UN Condemns Iran's Human Rights Violations
The United Nations General Assembly on Wednesday condemned human rights violations in Iran, but welcomed pledges by Iran's president to improve in some areas.
The resolution on Iran was approved with 86 votes in favor, 36 against and 61 abstentions, reported Reuters.
While the resolution on Iran expressed concern at serious ongoing abuses, it acknowledged pledges by Iran's new president, Hassan Rouhani, on human rights issues such as eliminating discrimination against women and members of ethnic minorities and promoting freedom of expression and opinion.
Reuters reported that the resolution also praised Rouhani's plan to implement a civil rights charter and encouraged Iran "to take concrete action to ensure these pledges can result in demonstrable improvements as soon as possible and to uphold the government's obligations under its domestic laws and under international human rights law."
Iranian Nobel Peace laureate Shirin Ebadi recently criticized Rouhani’s human rights record, citing a dramatic increase in executions since he took office this year and accusing the government of lying about the release of political prisoners.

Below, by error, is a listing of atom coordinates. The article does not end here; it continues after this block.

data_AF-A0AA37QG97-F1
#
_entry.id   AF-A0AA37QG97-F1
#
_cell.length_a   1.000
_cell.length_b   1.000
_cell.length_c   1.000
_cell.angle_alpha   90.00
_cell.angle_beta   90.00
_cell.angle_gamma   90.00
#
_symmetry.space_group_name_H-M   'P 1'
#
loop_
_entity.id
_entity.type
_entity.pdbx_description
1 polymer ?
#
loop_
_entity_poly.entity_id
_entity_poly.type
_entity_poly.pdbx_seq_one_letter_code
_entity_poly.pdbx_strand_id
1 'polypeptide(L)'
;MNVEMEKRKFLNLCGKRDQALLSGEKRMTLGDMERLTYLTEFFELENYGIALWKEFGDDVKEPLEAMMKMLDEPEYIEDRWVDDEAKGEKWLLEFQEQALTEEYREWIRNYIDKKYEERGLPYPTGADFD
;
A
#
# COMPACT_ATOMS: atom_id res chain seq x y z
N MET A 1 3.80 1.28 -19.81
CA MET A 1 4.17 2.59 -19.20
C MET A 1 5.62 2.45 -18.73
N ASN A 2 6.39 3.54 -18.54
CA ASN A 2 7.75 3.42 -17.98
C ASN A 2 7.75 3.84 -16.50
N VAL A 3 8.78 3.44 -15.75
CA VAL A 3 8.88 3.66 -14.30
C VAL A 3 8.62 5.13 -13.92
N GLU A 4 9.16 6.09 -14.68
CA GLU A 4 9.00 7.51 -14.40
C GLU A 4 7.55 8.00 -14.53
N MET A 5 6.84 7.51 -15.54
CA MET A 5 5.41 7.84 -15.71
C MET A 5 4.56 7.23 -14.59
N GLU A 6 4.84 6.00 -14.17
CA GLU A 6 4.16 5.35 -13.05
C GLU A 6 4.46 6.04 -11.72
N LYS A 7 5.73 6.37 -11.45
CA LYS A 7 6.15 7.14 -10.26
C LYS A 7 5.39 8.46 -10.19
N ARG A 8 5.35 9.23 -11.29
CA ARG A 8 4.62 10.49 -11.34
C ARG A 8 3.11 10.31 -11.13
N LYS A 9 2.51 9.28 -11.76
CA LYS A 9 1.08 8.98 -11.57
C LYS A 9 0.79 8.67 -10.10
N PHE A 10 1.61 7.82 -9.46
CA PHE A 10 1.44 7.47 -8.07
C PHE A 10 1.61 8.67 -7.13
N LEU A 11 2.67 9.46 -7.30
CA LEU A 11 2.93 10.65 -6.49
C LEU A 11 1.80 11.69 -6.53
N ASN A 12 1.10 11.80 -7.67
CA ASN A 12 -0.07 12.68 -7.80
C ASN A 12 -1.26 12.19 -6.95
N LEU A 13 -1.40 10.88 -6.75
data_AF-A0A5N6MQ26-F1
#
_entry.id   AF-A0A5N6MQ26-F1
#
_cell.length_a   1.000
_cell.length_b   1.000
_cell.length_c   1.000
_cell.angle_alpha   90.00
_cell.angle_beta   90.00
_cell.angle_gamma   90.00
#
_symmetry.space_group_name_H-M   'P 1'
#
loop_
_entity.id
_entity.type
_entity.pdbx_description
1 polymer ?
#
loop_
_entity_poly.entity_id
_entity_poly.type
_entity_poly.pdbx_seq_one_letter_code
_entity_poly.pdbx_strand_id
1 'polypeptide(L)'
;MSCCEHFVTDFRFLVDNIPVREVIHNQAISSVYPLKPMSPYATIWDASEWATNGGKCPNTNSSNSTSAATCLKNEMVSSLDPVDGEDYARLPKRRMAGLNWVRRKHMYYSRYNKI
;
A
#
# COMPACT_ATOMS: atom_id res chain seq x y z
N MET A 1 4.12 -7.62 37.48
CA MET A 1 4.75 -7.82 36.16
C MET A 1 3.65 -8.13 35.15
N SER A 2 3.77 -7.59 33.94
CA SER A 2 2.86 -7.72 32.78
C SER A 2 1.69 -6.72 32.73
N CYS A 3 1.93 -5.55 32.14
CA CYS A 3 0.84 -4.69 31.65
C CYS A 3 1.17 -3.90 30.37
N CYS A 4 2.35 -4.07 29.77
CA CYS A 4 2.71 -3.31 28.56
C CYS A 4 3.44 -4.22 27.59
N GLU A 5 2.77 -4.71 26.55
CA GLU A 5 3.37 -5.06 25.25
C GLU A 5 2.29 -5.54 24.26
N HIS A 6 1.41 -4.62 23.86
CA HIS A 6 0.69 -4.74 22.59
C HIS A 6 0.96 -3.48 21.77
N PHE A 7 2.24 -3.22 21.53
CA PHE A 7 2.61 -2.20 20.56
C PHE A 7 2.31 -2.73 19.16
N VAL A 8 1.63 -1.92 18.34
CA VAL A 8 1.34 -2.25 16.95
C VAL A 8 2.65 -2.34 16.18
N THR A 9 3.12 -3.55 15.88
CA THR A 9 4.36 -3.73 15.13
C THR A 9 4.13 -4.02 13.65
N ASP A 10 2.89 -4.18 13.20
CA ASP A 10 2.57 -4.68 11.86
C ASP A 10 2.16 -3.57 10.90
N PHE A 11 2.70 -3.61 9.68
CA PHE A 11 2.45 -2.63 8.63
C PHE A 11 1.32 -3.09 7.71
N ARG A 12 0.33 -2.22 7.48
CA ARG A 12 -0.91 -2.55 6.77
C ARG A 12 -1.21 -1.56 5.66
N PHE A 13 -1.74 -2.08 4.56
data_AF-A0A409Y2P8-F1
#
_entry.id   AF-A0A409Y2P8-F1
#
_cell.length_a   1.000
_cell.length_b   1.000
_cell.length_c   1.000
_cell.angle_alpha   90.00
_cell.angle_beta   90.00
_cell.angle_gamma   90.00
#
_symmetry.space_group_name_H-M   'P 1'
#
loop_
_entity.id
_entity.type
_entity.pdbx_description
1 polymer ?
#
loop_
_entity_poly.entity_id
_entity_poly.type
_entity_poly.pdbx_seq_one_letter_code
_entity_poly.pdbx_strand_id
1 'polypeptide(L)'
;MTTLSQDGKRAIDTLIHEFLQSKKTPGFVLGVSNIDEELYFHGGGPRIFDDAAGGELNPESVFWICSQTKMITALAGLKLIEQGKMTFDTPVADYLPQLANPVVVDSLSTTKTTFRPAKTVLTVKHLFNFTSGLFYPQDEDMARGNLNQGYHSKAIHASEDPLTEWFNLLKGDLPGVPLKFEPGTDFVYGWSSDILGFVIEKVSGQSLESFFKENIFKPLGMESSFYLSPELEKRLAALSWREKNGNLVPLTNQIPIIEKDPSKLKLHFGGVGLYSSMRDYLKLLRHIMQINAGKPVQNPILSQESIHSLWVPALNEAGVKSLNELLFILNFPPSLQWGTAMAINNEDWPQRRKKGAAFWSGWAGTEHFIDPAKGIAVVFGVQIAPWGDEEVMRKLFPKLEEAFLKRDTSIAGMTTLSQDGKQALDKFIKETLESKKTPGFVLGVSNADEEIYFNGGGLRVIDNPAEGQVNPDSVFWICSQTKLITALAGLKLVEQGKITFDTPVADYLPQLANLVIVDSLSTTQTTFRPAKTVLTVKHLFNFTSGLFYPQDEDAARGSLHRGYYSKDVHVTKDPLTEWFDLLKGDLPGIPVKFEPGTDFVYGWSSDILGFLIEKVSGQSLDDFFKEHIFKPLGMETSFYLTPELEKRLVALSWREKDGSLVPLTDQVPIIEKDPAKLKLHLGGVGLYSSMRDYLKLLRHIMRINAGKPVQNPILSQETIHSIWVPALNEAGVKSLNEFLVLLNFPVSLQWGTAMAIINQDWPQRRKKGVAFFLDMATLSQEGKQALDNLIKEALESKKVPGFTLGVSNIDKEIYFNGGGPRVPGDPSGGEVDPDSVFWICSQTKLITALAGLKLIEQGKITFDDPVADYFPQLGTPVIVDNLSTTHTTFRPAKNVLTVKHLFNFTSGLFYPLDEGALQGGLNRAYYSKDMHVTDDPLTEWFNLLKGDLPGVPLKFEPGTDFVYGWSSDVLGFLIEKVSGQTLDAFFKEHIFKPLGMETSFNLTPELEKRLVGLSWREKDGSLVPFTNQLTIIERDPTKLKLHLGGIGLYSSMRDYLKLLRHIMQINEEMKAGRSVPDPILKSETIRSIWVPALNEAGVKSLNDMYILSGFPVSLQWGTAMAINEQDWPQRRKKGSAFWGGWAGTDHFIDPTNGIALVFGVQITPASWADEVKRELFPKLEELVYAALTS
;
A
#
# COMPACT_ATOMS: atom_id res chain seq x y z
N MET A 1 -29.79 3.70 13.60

The UN envoy on human rights in Iran, Ahmed Shaheed, said in October that Iran's rights record should not be overlooked amid overtures to the West by Rouhani. He criticized Tehran for executing 724 people in 18 months, including dozens after Rouhani was elected in June.
Iran regularly executes people who are convicted of murder, rape, armed robbery, drug trafficking, adultery and espionage. In 2011, Iran put to death more than twice as many people as it did the year before.
An Iranian delegate told General Assembly members before the vote that the resolution does not reflect the actual situation inside Iran and will be counterproductive, according to Reuters.
Meanwhile, the news agency reported, a similar condemnation of Syria was adopted with 127 votes in favor, 13 against and 47 abstentions. A third resolution condemning North Korea was passed by consensus, but some states publicly disassociated themselves from the text.
The resolutions on these countries have become an annual rite. They intensify international pressure and further isolate those states but have no legal consequences. All three countries lobby hard against adoption of the resolutions, noted Reuters.